Funding costs for the Irish banks are set to double and possibly triple, with AIB and Bank of Ireland unable to pass on the higher costs to customers, a report from Barclays Capital warns.
The London-based bank said it was "wary" of Irish banks with AIB's average funding costs to rise from 3.3pc to 5.8pc, and Bank of Ireland's to rise from 2pc to 5.8pc.
The influence of the Government on the two banks means neither will be able to fully pass on higher funding costs, the Barclays report claimed.
"Given the high level of government support it has received, we do not expect AIB to be in a position to pass on higher funding costs to customers," according to the report.
In relation to Bank of Ireland, Barclays said the likelihood of the bank passing on the higher costs, via higher rates on mortgages, was "limited".
According to the report, which circulated in London yesterday, AIB will still need to raise €2.1bn in fresh capital if it sells its Polish and US businesses. "In the current environment, we would not attach much value to this," Barclays said of AIB's plan to sell its overseas assets.
The comments are included in a report on 20 major European banks. According to a survey of the banks, Bank of Ireland would have the highest funding costs in Europe once it starts raising fresh wholesale funding. According to Barclays, AIB and BoI are both facing major challenges despite recent attempts by the Government to stabilise the system. They will both have to raise huge amounts of capital even after Nama has removed their most toxic loans.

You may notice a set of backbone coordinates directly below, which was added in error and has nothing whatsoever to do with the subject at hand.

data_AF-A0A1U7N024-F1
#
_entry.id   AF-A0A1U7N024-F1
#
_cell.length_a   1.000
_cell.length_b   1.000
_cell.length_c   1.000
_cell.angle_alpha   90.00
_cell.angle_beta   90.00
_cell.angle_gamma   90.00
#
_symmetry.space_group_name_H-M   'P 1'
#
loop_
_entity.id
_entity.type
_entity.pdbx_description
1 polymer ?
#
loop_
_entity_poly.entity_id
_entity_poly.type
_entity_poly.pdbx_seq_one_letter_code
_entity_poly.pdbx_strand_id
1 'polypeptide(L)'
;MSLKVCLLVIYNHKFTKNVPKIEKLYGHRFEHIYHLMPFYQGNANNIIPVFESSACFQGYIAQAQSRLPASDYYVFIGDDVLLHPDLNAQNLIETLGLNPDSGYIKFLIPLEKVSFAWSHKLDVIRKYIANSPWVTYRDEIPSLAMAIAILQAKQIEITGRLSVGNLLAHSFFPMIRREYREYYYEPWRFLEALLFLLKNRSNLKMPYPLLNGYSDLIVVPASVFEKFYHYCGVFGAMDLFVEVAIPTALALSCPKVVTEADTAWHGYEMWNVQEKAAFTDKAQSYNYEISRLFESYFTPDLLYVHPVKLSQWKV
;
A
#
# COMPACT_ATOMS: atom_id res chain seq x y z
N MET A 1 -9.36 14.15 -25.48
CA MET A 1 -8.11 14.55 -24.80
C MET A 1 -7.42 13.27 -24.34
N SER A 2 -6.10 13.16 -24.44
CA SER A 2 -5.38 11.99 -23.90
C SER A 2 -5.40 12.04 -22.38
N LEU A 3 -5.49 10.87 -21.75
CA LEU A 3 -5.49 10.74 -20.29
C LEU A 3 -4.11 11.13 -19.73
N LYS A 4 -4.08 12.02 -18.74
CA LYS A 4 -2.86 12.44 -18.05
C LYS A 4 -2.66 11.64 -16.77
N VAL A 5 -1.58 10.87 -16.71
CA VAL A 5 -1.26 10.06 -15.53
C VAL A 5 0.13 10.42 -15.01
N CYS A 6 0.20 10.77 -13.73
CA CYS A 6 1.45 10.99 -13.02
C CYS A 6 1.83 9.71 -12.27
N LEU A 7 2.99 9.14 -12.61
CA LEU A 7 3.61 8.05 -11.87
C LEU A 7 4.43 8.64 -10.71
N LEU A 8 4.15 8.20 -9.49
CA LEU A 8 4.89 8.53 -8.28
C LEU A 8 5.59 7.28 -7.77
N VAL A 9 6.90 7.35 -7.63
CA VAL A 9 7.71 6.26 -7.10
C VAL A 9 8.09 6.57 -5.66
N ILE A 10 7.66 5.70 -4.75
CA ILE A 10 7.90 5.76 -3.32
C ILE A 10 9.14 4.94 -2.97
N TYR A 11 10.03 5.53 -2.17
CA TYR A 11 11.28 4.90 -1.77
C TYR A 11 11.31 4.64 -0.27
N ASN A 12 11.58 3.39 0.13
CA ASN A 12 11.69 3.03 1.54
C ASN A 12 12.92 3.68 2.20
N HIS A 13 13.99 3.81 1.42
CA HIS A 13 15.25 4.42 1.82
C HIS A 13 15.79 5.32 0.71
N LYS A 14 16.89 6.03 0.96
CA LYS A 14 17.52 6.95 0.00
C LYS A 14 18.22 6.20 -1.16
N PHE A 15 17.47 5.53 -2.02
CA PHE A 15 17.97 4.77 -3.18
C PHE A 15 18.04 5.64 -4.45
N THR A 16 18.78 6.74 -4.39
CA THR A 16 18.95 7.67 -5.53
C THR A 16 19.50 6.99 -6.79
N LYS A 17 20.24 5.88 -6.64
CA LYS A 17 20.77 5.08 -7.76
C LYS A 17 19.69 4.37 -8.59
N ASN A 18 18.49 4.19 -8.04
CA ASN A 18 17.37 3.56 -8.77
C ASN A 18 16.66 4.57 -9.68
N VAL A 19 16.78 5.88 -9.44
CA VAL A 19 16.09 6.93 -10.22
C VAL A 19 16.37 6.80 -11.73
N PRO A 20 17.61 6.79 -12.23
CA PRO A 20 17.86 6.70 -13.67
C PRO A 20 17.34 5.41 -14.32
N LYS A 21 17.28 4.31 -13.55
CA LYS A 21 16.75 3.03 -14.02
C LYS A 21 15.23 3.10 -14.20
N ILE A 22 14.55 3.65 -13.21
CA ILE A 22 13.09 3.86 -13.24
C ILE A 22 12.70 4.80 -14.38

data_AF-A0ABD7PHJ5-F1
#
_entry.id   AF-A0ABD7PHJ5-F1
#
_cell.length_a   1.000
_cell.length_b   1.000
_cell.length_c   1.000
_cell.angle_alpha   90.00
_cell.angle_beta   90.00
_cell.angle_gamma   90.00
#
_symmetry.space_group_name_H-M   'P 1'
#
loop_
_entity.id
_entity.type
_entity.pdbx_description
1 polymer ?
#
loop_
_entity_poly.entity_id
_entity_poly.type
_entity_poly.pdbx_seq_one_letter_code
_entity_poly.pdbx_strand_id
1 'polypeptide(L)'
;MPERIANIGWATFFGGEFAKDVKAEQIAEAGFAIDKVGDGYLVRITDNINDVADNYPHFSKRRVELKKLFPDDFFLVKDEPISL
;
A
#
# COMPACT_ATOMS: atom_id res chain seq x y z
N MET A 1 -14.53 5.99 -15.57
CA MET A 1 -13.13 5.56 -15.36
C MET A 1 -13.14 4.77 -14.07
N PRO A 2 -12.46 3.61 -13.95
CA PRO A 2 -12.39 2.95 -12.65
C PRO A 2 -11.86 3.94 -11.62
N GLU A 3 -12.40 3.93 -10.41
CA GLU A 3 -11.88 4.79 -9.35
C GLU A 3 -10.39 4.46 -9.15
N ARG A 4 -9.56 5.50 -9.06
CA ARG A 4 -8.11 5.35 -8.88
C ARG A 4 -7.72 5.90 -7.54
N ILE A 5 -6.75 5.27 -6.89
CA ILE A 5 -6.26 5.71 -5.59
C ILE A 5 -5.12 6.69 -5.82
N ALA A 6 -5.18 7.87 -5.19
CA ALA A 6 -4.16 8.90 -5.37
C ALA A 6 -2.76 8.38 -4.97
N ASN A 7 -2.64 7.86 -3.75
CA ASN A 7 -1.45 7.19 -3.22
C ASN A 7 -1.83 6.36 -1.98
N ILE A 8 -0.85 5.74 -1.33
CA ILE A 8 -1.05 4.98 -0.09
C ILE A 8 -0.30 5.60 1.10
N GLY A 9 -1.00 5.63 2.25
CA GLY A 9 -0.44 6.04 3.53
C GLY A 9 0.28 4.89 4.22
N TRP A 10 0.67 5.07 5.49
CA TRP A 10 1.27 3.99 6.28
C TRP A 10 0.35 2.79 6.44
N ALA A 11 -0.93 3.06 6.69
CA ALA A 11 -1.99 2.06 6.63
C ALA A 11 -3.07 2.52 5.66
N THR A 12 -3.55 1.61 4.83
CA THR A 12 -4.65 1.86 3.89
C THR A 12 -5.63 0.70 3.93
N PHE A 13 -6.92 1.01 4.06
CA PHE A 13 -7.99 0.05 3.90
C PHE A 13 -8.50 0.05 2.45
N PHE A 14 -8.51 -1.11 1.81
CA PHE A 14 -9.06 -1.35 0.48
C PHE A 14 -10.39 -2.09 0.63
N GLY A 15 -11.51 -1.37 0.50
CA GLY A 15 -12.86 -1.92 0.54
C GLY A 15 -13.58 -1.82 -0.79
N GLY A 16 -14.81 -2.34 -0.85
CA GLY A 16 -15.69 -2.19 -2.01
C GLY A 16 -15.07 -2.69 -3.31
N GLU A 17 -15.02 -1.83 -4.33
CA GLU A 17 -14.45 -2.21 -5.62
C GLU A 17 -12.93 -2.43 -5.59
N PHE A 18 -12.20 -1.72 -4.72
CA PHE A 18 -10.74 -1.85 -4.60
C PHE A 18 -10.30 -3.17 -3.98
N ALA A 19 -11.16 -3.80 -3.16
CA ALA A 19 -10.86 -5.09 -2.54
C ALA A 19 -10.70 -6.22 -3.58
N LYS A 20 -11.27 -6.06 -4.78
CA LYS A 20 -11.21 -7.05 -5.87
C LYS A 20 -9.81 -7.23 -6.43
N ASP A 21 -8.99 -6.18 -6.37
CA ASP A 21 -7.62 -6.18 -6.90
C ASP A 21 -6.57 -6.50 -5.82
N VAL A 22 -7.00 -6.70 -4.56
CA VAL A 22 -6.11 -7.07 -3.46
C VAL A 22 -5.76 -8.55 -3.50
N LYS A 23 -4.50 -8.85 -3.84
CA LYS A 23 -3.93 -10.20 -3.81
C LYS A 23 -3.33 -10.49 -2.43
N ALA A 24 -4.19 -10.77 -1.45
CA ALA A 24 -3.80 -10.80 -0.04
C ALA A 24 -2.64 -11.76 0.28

AIB will have to raise 603pc of its market value, with Bank of Ireland needing to raise 348pc of its current market worth.
However, the report says both banks are "too big to fail" and predicts that they will continue to get government support if the private sector does not come forward.
The banks are faced with a simple choice, said Barclays, of either cutting back on the amount they lend or taking in more deposits. But with the Irish deposit market so small, this is going to be difficult.
AIB will either have to shrink its loan book by 34pc or boost its deposits by 52pc. Bank of Ireland will have to reduce its loan book by 35pc or bolster its deposits by 53pc.
The report said Bank of Ireland could end up with a government stake of over 50pc, leaving current shareholders massively diluted.